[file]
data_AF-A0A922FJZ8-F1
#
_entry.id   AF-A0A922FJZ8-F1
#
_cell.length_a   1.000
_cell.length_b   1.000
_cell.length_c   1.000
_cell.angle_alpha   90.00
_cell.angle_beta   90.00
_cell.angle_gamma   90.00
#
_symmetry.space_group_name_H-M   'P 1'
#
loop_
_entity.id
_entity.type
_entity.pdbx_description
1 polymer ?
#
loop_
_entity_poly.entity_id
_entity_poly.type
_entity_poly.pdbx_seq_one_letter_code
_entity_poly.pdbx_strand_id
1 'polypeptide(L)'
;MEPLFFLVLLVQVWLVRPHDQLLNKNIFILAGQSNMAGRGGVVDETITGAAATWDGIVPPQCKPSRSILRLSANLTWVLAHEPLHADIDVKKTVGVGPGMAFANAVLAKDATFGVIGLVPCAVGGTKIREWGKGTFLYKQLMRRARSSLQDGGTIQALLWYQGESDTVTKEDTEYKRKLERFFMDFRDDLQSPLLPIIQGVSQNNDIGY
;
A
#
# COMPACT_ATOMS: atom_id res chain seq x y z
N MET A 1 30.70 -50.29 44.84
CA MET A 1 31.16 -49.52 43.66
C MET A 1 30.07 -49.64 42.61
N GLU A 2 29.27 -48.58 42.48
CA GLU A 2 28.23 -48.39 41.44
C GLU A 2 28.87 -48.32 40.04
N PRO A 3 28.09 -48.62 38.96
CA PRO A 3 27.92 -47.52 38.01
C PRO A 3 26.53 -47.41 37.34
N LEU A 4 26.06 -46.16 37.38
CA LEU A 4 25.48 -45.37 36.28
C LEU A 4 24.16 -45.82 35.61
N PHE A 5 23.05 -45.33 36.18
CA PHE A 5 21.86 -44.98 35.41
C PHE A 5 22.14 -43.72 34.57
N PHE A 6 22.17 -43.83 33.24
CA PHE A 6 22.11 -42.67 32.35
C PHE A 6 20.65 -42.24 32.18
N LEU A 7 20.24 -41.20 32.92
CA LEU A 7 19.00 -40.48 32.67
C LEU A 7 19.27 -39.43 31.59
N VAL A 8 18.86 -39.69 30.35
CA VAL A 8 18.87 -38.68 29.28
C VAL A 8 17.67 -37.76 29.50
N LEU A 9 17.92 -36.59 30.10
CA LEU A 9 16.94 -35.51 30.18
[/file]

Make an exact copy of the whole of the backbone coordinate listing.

data_AF-A0A922FJZ8-F1
#
_entry.id   AF-A0A922FJZ8-F1
#
_cell.length_a   1.000
_cell.length_b   1.000
_cell.length_c   1.000
_cell.angle_alpha   90.00
_cell.angle_beta   90.00
_cell.angle_gamma   90.00
#
_symmetry.space_group_name_H-M   'P 1'
#
loop_
_entity.id
_entity.type
_entity.pdbx_description
1 polymer ?
#
loop_
_entity_poly.entity_id
_entity_poly.type
_entity_poly.pdbx_seq_one_letter_code
_entity_poly.pdbx_strand_id
1 'polypeptide(L)'
;MEPLFFLVLLVQVWLVRPHDQLLNKNIFILAGQSNMAGRGGVVDETITGAAATWDGIVPPQCKPSRSILRLSANLTWVLAHEPLHADIDVKKTVGVGPGMAFANAVLAKDATFGVIGLVPCAVGGTKIREWGKGTFLYKQLMRRARSSLQDGGTIQALLWYQGESDTVTKEDTEYKRKLERFFMDFRDDLQSPLLPIIQGVSQNNDIGY
;
A
#
# COMPACT_ATOMS: atom_id res chain seq x y z
N MET A 1 30.70 -50.29 44.84
CA MET A 1 31.16 -49.52 43.66
C MET A 1 30.07 -49.64 42.61
N GLU A 2 29.27 -48.58 42.48
CA GLU A 2 28.23 -48.39 41.44
C GLU A 2 28.87 -48.32 40.04
N PRO A 3 28.09 -48.62 38.96
CA PRO A 3 27.92 -47.52 38.01
C PRO A 3 26.53 -47.41 37.34
N LEU A 4 26.06 -46.16 37.38
CA LEU A 4 25.48 -45.37 36.28
C LEU A 4 24.16 -45.82 35.61
N PHE A 5 23.05 -45.33 36.18
CA PHE A 5 21.86 -44.98 35.41
C PHE A 5 22.14 -43.72 34.57
N PHE A 6 22.17 -43.83 33.24
CA PHE A 6 22.11 -42.67 32.35
C PHE A 6 20.65 -42.24 32.18
N LEU A 7 20.24 -41.20 32.92
CA LEU A 7 19.00 -40.48 32.67
C LEU A 7 19.27 -39.43 31.59
N VAL A 8 18.86 -39.69 30.35
CA VAL A 8 18.87 -38.68 29.28
C VAL A 8 17.67 -37.76 29.50
N LEU A 9 17.92 -36.59 30.10
CA LEU A 9 16.94 -35.51 30.18